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  • Randal 8:49 am on December 8, 2011 Permalink | Reply
    Tags: , counseling, ,   

    Nudge: welcome advice 

    We’ve not had a Nudge in a long time, so here goes one for you. What advice do you wish you’d received before you needed it?

    Advice is usually considered something unwelcome. Let’s think about a piece of advice that we would have been glad to have received, perhaps helping us to avoid a mistake or live on a higher plane.

     

     
    • John Henson 10:53 am on December 8, 2011 Permalink | Reply

      Good one.Needs thought.

    • Eugene Adkins 11:27 am on December 8, 2011 Permalink | Reply

      Hey Randal. One for me would have been how to control my anger. Especially as a teenager. It got me into a LOT of trouble. I only knew what I saw and I didn’t get much encouargement from others I knew to do otherwise.

      • Eugene Adkins 11:29 am on December 8, 2011 Permalink | Reply

        And I also meant to say that the book of Proverbs would’ve helped. It has a ton to say (warnings) about anger.

        • J. Randal Matheny 12:58 pm on December 8, 2011 Permalink

          Proverbs would solve about 90% of the world’s problems. Am I being conservative in my estimate?

  • Richard Mansel 8:12 pm on July 5, 2010 Permalink | Reply
    Tags: counseling, , premarital counseling, ,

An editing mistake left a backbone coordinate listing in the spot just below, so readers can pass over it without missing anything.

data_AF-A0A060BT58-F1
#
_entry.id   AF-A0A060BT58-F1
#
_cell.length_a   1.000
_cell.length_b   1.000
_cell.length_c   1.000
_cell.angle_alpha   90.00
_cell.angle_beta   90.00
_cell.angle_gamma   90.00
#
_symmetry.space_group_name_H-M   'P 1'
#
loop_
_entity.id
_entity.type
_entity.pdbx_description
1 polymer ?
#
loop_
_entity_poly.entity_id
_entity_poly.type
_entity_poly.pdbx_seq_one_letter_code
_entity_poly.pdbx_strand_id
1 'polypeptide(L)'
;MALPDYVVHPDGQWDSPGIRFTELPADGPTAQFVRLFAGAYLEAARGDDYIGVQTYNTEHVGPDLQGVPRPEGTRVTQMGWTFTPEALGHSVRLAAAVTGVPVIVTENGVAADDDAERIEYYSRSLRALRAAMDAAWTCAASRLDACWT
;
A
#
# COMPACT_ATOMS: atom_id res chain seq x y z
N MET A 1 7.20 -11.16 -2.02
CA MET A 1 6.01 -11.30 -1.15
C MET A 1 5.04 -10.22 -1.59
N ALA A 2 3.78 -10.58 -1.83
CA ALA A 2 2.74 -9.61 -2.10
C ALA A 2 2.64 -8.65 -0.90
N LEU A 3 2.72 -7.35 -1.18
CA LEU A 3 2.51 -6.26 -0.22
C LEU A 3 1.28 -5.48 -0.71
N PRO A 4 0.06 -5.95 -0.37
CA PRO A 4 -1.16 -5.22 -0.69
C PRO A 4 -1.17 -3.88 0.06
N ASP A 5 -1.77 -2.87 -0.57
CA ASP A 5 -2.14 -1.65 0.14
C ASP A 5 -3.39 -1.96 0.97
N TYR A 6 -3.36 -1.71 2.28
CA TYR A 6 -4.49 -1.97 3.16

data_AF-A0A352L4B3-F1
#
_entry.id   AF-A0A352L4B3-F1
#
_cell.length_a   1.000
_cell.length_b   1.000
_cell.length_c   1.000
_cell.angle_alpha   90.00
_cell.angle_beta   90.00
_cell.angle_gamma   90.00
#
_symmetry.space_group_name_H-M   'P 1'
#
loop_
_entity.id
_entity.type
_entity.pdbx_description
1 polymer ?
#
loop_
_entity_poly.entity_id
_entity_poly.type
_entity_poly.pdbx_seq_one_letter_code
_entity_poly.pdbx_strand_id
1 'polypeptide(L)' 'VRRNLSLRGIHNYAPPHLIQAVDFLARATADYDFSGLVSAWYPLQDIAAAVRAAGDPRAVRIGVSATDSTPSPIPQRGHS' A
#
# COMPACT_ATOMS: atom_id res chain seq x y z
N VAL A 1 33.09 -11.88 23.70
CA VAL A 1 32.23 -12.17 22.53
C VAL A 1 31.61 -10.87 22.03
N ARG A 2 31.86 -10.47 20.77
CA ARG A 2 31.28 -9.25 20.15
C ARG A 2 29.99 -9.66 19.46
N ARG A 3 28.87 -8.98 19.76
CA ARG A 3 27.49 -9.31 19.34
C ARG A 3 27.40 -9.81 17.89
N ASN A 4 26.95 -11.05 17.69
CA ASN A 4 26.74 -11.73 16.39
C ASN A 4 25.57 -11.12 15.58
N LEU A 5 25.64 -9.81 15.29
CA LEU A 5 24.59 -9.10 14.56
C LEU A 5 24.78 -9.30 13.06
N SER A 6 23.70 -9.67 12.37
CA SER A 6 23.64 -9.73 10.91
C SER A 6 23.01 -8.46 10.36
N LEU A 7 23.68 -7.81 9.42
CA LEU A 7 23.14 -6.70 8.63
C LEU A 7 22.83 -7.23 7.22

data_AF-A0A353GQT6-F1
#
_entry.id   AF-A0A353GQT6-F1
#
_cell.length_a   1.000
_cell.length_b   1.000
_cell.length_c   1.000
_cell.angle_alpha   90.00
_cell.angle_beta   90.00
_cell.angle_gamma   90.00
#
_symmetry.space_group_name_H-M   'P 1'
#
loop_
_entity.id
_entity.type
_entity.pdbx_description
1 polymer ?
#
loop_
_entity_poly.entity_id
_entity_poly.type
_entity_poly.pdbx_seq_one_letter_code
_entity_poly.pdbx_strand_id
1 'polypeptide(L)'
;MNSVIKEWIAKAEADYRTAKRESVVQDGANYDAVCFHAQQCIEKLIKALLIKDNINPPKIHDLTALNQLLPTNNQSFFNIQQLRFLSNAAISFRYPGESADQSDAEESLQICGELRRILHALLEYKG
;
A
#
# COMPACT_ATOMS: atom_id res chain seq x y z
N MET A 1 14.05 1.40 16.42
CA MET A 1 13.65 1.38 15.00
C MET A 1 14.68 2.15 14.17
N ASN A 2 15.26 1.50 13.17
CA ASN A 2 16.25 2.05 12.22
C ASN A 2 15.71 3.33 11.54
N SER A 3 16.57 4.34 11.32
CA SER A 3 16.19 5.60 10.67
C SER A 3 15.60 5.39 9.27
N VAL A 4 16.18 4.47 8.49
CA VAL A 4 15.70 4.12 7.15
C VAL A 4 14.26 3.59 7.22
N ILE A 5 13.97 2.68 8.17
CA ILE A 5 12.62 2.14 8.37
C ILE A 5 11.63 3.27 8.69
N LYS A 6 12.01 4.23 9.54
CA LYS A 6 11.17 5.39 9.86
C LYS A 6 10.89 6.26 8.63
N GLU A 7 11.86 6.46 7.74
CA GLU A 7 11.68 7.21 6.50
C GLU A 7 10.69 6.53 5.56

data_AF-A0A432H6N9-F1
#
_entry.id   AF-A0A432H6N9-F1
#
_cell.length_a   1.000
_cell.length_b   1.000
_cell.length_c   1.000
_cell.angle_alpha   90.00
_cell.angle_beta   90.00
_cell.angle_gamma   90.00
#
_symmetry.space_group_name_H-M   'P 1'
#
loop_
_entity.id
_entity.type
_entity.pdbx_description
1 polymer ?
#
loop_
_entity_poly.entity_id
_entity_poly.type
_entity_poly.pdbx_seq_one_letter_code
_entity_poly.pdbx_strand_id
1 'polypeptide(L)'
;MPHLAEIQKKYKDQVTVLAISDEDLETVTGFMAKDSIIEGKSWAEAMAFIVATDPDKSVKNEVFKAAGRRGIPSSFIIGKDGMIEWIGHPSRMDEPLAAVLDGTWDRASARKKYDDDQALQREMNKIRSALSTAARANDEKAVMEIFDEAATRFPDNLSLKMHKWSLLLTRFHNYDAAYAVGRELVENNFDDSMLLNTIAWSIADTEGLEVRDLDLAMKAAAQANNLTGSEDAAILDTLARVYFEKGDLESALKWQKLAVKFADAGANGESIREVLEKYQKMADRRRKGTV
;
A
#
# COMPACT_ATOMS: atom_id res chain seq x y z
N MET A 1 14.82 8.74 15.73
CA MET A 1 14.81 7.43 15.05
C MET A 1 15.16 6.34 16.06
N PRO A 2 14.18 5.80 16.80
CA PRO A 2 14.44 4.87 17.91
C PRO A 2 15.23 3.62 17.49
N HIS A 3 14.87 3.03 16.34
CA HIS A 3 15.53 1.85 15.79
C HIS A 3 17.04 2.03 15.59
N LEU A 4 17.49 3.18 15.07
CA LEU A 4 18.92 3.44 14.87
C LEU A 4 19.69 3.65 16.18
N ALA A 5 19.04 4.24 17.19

Premarital Counseling 

    If you need help with material to use in performing premarital counseling, I have put some of my questions and links on my blog.

     
    • Ron 4:57 am on July 6, 2010 Permalink | Reply

      Richard, looks real good. I have material at teh ready when I do pre-marital counseling. I think I will add yours also. Good job!

  • Randal 11:13 am on February 4, 2010 Permalink | Reply
    Tags: , counseling   

    Today’s Daily Nudge asks the Fellows to share some recent advice they gave to a Christian.

    After a recent meeting of the SJC church here, a brother rose on his own initiative and stated his opinion that we’d have problems in a project we were considering. His comments were extensive. This is a brother who consistently sees the downside to opportunities. So I rebuked him publicly, which I almost never do. I told him that in order to bring before the church an issue, he needed to have facts and data, not an opinion. He was throwing a bucket of cold water on the project. I was stern and when he tried to insist, I overrode him by raising my voice somewhat, but not yelling. I have never done that before. Some of the brethren may have been taken back by it. Afterwards, I treated this brother normally, with no rancor nor resentment.

    Perhaps we will decide the project is not for us; that will be fine. I do not feel strongly about it one way or the other. But we must, at least, give it a chance to go forward by a judicious consideration of our situation. Otherwise, naysayers will keep us from ever doing anything.

     
    • Ron 11:33 am on February 4, 2010 Permalink | Reply

      You response and follow-up response, to me, was very important. I hope you have much success with the brother.

      • Randal Matheny 11:42 am on February 4, 2010 Permalink | Reply